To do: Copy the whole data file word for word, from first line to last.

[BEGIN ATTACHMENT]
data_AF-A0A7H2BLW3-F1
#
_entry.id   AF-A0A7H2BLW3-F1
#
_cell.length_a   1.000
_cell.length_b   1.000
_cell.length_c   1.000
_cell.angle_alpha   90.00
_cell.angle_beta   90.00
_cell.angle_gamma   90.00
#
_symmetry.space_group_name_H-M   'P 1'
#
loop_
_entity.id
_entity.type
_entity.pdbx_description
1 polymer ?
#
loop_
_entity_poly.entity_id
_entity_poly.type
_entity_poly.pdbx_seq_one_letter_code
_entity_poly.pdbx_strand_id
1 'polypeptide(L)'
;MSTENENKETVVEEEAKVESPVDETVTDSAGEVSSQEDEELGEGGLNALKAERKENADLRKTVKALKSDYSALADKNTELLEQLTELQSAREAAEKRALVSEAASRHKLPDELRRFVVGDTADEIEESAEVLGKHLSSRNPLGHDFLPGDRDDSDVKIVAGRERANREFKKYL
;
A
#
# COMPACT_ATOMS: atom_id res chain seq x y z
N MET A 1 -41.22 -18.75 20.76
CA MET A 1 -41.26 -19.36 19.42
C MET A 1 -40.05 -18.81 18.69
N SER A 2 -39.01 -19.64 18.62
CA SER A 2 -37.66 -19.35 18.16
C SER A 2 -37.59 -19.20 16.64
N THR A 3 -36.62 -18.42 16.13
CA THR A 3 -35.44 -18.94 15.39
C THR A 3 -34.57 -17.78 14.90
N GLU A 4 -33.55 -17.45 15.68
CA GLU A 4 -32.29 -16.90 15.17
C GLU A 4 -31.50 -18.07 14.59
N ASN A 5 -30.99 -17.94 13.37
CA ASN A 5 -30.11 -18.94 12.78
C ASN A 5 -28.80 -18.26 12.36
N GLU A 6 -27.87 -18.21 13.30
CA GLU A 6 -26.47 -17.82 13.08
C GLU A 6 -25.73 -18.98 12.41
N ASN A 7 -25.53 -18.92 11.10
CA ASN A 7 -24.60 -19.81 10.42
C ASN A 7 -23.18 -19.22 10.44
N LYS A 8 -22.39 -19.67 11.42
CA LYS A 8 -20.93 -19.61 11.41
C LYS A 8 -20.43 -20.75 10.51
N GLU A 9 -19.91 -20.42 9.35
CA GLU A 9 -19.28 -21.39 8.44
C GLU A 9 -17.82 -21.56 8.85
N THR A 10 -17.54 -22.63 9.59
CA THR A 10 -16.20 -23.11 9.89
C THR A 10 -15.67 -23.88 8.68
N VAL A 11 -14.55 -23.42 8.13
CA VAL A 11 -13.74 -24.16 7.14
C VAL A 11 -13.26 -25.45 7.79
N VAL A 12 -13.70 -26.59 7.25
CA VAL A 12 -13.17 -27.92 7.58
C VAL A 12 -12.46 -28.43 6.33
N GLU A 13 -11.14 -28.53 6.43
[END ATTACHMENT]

data_AF-A0A7H2BLW3-F1
#
_entry.id   AF-A0A7H2BLW3-F1
#
_cell.length_a   1.000
_cell.length_b   1.000
_cell.length_c   1.000
_cell.angle_alpha   90.00
_cell.angle_beta   90.00
_cell.angle_gamma   90.00
#
_symmetry.space_group_name_H-M   'P 1'
#
loop_
_entity.id
_entity.type
_entity.pdbx_description
1 polymer ?
#
loop_
_entity_poly.entity_id
_entity_poly.type
_entity_poly.pdbx_seq_one_letter_code
_entity_poly.pdbx_strand_id
1 'polypeptide(L)'
;MSTENENKETVVEEEAKVESPVDETVTDSAGEVSSQEDEELGEGGLNALKAERKENADLRKTVKALKSDYSALADKNTELLEQLTELQSAREAAEKRALVSEAASRHKLPDELRRFVVGDTADEIEESAEVLGKHLSSRNPLGHDFLPGDRDDSDVKIVAGRERANREFKKYL
;
A
#
# COMPACT_ATOMS: atom_id res chain seq x y z
N MET A 1 -41.22 -18.75 20.76
CA MET A 1 -41.26 -19.36 19.42
C MET A 1 -40.05 -18.81 18.69
N SER A 2 -39.01 -19.64 18.62
CA SER A 2 -37.66 -19.35 18.16
C SER A 2 -37.59 -19.20 16.64
N THR A 3 -36.62 -18.42 16.13
CA THR A 3 -35.44 -18.94 15.39
C THR A 3 -34.57 -17.78 14.90
N GLU A 4 -33.55 -17.45 15.68
CA GLU A 4 -32.29 -16.90 15.17
C GLU A 4 -31.50 -18.07 14.59
N ASN A 5 -30.99 -17.94 13.37
CA ASN A 5 -30.11 -18.94 12.78
C ASN A 5 -28.80 -18.26 12.36
N GLU A 6 -27.87 -18.21 13.30
CA GLU A 6 -26.47 -17.82 13.08
C GLU A 6 -25.73 -18.98 12.41
N ASN A 7 -25.53 -18.92 11.10
CA ASN A 7 -24.60 -19.81 10.42
C ASN A 7 -23.18 -19.22 10.44
N LYS A 8 -22.39 -19.67 11.42
CA LYS A 8 -20.93 -19.61 11.41
C LYS A 8 -20.43 -20.75 10.51
N GLU A 9 -19.91 -20.42 9.35
CA GLU A 9 -19.28 -21.39 8.44
C GLU A 9 -17.82 -21.56 8.85
N THR A 10 -17.54 -22.63 9.59
CA THR A 10 -16.20 -23.11 9.89
C THR A 10 -15.67 -23.88 8.68
N VAL A 11 -14.55 -23.42 8.13
CA VAL A 11 -13.74 -24.16 7.14
C VAL A 11 -13.26 -25.45 7.79
N VAL A 12 -13.70 -26.59 7.25
CA VAL A 12 -13.17 -27.92 7.58
C VAL A 12 -12.46 -28.43 6.33
N GLU A 13 -11.14 -28.53 6.43